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Supporting Scottish Agriculture

Part of the debate – in the Scottish Parliament on 6th March 2019.

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Photo of John Scott John Scott Conservative

I am asking that question of the cabinet secretary, who is commenting from a sedentary position. I wish that he would keep quiet. However, he is illustrating the point that I want to make.

While we are discussing the future shape of rural Scotland, the much bigger question is how many working farmers there will be in our landscape in the future. NFUS has declared its vision of “actively farmed hectares”, but landscapes require people in them to make them work, and too many livestock farmers cannot make a living that is sufficient to allow them to continue farming or environmentally enhancing our countryside.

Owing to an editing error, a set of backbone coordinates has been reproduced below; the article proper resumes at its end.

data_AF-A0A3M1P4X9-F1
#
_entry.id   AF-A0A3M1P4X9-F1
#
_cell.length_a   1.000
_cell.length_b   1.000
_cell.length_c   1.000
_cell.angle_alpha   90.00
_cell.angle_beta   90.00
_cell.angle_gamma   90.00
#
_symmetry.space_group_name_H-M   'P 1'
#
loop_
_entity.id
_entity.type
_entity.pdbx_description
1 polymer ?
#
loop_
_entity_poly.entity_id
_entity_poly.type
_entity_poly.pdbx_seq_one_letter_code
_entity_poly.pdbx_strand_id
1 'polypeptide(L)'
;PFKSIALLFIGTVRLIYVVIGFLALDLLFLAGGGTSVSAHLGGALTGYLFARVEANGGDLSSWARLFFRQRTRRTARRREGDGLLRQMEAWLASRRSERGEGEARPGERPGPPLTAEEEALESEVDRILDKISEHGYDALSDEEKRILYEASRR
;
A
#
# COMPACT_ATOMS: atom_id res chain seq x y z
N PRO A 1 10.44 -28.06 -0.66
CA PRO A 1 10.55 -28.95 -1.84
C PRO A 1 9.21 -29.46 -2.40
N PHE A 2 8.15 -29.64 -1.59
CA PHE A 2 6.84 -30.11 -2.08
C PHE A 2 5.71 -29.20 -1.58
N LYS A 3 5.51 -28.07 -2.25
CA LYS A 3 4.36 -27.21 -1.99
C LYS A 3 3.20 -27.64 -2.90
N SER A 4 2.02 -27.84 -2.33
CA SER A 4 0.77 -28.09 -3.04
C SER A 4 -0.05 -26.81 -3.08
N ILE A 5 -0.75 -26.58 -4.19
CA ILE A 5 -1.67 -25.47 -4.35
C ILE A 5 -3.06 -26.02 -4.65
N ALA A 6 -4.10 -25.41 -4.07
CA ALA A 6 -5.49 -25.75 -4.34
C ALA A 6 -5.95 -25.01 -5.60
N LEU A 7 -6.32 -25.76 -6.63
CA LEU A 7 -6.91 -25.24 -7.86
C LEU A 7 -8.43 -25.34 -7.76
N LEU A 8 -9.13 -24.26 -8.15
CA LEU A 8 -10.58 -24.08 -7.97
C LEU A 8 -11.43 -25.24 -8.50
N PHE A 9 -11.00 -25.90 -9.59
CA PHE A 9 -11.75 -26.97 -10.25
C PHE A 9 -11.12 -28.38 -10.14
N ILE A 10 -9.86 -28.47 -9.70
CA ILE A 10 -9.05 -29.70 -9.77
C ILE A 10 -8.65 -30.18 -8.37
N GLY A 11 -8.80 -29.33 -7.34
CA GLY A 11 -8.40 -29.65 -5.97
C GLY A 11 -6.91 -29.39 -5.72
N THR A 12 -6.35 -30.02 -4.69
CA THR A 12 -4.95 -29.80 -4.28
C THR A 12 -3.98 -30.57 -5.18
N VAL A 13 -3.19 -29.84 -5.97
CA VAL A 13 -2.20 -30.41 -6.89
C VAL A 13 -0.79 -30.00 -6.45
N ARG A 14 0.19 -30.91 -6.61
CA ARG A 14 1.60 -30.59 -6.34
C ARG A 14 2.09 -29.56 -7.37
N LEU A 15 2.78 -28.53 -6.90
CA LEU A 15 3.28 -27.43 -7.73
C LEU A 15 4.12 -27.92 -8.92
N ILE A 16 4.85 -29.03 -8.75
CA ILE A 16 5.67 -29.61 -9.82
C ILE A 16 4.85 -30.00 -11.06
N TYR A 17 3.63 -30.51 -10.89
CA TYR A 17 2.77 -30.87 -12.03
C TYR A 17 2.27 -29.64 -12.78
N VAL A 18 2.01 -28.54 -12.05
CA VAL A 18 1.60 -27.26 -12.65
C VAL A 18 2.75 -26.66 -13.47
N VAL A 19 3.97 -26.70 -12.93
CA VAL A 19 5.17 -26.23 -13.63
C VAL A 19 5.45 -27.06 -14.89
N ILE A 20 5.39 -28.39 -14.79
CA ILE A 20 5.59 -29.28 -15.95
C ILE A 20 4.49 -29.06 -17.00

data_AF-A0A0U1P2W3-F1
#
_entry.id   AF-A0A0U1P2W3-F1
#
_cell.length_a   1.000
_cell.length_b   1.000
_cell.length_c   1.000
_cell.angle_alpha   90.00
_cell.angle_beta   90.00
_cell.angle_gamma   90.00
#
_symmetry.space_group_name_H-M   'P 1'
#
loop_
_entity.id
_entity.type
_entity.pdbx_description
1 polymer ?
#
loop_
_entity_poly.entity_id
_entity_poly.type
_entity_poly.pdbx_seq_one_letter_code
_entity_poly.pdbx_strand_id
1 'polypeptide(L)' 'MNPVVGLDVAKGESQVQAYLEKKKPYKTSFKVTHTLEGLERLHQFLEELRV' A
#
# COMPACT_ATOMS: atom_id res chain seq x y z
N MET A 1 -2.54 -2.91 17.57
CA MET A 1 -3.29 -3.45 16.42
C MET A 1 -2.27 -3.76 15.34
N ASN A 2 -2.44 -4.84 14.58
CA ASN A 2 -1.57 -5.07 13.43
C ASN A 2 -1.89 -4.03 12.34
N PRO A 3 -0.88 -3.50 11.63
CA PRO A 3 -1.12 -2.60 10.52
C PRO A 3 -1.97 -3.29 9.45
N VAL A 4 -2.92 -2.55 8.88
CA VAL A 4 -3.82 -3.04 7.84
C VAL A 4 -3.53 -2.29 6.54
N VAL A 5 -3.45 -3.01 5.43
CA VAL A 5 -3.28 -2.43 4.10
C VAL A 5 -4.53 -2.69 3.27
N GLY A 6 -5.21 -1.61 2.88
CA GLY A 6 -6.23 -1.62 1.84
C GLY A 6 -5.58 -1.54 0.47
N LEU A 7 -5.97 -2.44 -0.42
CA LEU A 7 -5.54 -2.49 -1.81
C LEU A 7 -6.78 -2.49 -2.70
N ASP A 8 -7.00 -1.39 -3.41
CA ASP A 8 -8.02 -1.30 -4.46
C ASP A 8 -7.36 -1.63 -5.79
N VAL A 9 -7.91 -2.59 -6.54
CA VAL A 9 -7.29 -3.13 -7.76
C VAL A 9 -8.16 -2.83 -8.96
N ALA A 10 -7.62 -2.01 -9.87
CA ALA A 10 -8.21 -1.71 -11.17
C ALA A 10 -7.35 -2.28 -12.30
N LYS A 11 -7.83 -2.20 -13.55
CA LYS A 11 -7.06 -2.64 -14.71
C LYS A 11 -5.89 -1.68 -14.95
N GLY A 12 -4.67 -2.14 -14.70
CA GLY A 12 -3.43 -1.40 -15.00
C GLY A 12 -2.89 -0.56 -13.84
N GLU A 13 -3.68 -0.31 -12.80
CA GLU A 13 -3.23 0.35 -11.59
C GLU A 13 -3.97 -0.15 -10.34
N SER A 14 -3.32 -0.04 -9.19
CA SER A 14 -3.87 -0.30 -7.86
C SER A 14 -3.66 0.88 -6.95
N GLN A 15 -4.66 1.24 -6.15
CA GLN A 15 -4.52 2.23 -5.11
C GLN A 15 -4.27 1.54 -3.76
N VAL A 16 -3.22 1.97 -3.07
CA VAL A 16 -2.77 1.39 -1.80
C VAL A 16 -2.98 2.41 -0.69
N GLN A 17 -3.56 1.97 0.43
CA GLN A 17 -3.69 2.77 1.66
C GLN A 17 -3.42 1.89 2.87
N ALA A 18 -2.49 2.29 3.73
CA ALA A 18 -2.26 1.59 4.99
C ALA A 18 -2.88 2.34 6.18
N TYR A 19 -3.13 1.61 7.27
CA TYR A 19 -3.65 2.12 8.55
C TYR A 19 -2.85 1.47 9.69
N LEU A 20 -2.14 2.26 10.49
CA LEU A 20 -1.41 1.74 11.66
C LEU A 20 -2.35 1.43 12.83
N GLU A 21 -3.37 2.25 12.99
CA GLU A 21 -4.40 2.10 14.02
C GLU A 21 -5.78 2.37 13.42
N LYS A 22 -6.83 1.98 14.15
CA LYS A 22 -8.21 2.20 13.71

That is demonstrated by this year’s total income from farming figures—historic TIFF figures, I would say—which might come as a surprise to Mairi Gougeon and Gail Ross. That is happening now, before Brexit.

The Government continues to make life harder for the people who are trying to make a living. This week, it laid a statutory instrument to introduce beavers as part of its project to create wilderness landscapes in Scotland. Sea eagle introduction, red kite introduction and now beaver introduction are all active choices that are supported by the Scottish Government, all of which have a cumulative impact on the viability of our agricultural sector.